allisburning (allisburning) wrote,

Grassroots Democracy: Introduction - (28 Jun 2005)

- Grassroots Democracy: Introduction- (28 Jun 2005)

“the forms of government under which men (and women) live have been very few; they were discovered early, classified by the Greeks and have proved extraordinarily long-lived. … (The) fundamental idea, despite many variations, did not change in the two and a half thousand years that separate Plato from Kant”

It is frequently useful to compare different political systems on an axis of Individualism (liberalism, democracy, respect for individual rights) versus Authoritarianism (top-down command of society, a view that the State may justly disregard the concerns of individuals).

Is one of these preferable to the other?

Generally speaking, authoritarian systems can implement their policies with great rapidity and effectiveness. When such decisions increase the general happiness, this is easily considered a good thing. However, history shows us that, quite frequently, the actions of authoritarian governments produce considerable misery. In fact, as Lord Acton reminded us in 1887, concentration of power in a dictator or oligarchy seems frequently to result in misery.

“Democratic institutions are quarantine arrangements to combat that ancient pestilence, lust for tyranny: as such they are very useful and very boring.”

from Nietzsche's The Wanderer and his Shadows. p 289, R.J. Hollingdale transl.

The dictionary definition has lots of different dimensions, but, roughly speaking, a society is democratic to the extent that people in it have meaningful opportunities to take part in the formation of public policy. There are a lot of different ways in which that can be true, but insofar as it's true, the society is democratic."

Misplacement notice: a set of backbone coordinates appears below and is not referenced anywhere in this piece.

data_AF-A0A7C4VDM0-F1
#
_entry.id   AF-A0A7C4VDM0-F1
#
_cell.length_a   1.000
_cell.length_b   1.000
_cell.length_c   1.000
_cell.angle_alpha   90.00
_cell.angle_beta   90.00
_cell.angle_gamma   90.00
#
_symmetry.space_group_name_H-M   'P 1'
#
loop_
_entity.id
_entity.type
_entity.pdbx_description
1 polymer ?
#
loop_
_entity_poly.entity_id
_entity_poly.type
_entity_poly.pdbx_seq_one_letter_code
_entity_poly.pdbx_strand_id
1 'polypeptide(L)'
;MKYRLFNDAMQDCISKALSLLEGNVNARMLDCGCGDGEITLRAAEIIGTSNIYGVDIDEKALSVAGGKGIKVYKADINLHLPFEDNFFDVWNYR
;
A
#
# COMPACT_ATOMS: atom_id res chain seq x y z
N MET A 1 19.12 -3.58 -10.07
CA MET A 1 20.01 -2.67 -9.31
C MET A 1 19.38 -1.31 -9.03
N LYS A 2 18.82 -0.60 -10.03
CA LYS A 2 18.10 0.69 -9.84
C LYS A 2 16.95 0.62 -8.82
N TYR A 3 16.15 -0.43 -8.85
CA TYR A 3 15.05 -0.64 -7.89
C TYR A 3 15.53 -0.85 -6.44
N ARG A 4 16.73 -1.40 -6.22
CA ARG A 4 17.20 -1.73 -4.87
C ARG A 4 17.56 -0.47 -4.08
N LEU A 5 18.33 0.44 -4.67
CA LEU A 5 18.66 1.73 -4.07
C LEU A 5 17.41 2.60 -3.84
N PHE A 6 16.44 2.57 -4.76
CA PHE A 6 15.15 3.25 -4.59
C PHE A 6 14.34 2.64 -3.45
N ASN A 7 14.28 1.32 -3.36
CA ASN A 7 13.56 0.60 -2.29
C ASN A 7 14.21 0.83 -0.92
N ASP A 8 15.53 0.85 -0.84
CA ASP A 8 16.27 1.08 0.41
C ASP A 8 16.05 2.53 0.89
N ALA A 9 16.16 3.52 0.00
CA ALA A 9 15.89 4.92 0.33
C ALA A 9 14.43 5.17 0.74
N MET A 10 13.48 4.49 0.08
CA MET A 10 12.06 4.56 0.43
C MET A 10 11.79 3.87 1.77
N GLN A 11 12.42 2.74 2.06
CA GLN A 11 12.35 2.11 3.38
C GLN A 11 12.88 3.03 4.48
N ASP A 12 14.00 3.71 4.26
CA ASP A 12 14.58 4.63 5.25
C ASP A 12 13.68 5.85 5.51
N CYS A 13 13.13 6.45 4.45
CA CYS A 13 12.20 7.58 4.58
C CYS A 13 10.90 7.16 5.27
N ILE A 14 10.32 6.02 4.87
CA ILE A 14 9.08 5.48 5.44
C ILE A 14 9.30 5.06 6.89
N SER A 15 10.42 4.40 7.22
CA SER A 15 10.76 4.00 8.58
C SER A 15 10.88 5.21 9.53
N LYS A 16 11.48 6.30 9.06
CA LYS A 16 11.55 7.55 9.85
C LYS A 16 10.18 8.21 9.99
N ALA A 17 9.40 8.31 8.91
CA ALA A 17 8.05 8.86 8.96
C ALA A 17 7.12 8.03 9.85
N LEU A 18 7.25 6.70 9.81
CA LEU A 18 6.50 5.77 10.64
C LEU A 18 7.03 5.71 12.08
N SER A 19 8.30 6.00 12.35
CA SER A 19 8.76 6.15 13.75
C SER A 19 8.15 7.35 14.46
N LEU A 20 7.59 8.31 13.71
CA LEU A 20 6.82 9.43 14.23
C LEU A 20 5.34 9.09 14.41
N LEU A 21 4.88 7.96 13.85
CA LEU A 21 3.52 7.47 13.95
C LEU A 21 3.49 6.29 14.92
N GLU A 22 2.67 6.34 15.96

Noam Chomsky
"Defective Democracy"

“How to stay free : Hanging on to democracy in good times and bad”

Excerpted from Sam Smith's Great American Political Repair Manual

"About the most important job of a democracy -- next to serving its people -- is to make sure it stays a democracy.

This is a lot harder than many people think. ...

Unfortunately, many Americans either don't understand or have come to ignore this basic principle.

As things now stand, we could easily become the first people in history to lose democracy and its constitutional freedoms simply because we have forgotten what they are about.

(The book is from 1997, so I’d say we’ve come a long way down this road since then.)

The Democracy Gap
by Ralph Nader
Published on Monday, October 18, 2004 by

‘Freedom is participation in power’, said the Roman orator Cicero. By this deep definition, freedom is in short supply for tens of millions of Americans, a scarcity with serious consequences. This absence of freedom breeds apathy. Average citizens do not fight for change, even about the conditions and causes that mean the most to them.

Our lack of civic motivation is the greatest problem facing the country today. Our beloved country is being taken apart by large multinational commercial powers. …

Democracy, whether representative or more direct, brings out the best in people because it gives them more freedom, more voice, more lawful order, and more opportunity to advance their visions of a just society. In our country, however, there is a gap that needs to be closed: the democracy gap. It is often said that "power abhors a vacuum." When people do not claim power, the greedy step in to fill the void. Every day that capable citizens abstain from civic engagement allows our society and world to tolerate harm and to decay incrementally. The converse is also true. The tiny, cumulative efforts to build a more just society are comparable to the sources for a great river. Similarly, our efforts, small and large, daily and cumulatively, spread the more noble sentiments of our humanity toward one another. But it isn't happening nearly enough to stem the downward slide of justice in our society.